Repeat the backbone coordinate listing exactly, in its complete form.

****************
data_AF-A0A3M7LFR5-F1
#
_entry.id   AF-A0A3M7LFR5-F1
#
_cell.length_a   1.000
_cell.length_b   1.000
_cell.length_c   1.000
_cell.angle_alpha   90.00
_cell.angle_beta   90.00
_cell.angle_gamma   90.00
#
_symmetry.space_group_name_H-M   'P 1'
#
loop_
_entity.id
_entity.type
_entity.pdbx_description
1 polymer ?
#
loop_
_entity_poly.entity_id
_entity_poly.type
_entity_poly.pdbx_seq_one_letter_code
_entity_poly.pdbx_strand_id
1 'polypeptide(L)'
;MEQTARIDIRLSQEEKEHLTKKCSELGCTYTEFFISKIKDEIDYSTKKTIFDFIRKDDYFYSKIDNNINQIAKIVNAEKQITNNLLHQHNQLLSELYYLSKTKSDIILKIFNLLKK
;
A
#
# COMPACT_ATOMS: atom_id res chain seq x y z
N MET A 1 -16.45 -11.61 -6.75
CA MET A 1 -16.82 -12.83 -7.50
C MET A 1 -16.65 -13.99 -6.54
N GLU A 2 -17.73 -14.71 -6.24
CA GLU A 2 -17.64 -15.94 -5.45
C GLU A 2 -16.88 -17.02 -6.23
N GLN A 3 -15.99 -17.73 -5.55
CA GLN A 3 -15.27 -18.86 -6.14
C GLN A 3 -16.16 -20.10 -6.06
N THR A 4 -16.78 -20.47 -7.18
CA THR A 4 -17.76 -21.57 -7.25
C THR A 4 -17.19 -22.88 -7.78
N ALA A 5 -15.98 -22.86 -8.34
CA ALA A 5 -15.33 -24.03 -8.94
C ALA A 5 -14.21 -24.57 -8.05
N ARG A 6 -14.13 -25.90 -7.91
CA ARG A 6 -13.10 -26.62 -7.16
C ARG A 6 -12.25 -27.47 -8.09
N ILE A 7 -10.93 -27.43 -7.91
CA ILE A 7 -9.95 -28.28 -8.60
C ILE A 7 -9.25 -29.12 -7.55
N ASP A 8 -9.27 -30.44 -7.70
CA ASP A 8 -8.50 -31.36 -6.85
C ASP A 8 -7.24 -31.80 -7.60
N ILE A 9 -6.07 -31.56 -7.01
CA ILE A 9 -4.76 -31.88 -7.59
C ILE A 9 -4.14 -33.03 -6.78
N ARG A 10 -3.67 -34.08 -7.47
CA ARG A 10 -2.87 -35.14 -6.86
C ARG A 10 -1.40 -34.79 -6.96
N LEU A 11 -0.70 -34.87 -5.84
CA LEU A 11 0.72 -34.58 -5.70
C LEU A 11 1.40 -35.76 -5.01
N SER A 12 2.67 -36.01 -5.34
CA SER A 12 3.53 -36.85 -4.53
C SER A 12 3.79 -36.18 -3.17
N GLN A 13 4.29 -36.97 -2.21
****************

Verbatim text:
data_AF-A0A3M7LFR5-F1
#
_entry.id   AF-A0A3M7LFR5-F1
#
_cell.length_a   1.000
_cell.length_b   1.000
_cell.length_c   1.000
_cell.angle_alpha   90.00
_cell.angle_beta   90.00
_cell.angle_gamma   90.00
#
_symmetry.space_group_name_H-M   'P 1'
#
loop_
_entity.id
_entity.type
_entity.pdbx_description
1 polymer ?
#
loop_
_entity_poly.entity_id
_entity_poly.type
_entity_poly.pdbx_seq_one_letter_code
_entity_poly.pdbx_strand_id
1 'polypeptide(L)'
;MEQTARIDIRLSQEEKEHLTKKCSELGCTYTEFFISKIKDEIDYSTKKTIFDFIRKDDYFYSKIDNNINQIAKIVNAEKQITNNLLHQHNQLLSELYYLSKTKSDIILKIFNLLKK
;
A
#
# COMPACT_ATOMS: atom_id res chain seq x y z
N MET A 1 -16.45 -11.61 -6.75
CA MET A 1 -16.82 -12.83 -7.50
C MET A 1 -16.65 -13.99 -6.54
N GLU A 2 -17.73 -14.71 -6.24
CA GLU A 2 -17.64 -15.94 -5.45
C GLU A 2 -16.88 -17.02 -6.23
N GLN A 3 -15.99 -17.73 -5.55
CA GLN A 3 -15.27 -18.86 -6.14
C GLN A 3 -16.16 -20.10 -6.06
N THR A 4 -16.78 -20.47 -7.18
CA THR A 4 -17.76 -21.57 -7.25
C THR A 4 -17.19 -22.88 -7.78
N ALA A 5 -15.98 -22.86 -8.34
CA ALA A 5 -15.33 -24.03 -8.94
C ALA A 5 -14.21 -24.57 -8.05
N ARG A 6 -14.13 -25.90 -7.91
CA ARG A 6 -13.10 -26.62 -7.16
C ARG A 6 -12.25 -27.47 -8.09
N ILE A 7 -10.93 -27.43 -7.91
CA ILE A 7 -9.95 -28.28 -8.60
C ILE A 7 -9.25 -29.12 -7.55
N ASP A 8 -9.27 -30.44 -7.70
CA ASP A 8 -8.50 -31.36 -6.85
C ASP A 8 -7.24 -31.80 -7.60
N ILE A 9 -6.07 -31.56 -7.01
CA ILE A 9 -4.76 -31.88 -7.59
C ILE A 9 -4.14 -33.03 -6.78
N ARG A 10 -3.67 -34.08 -7.47
CA ARG A 10 -2.87 -35.14 -6.86
C ARG A 10 -1.40 -34.79 -6.96
N LEU A 11 -0.70 -34.87 -5.84
CA LEU A 11 0.72 -34.58 -5.70
C LEU A 11 1.40 -35.76 -5.01
N SER A 12 2.67 -36.01 -5.34
CA SER A 12 3.53 -36.85 -4.53
C SER A 12 3.79 -36.18 -3.17
N GLN A 13 4.29 -36.97 -2.21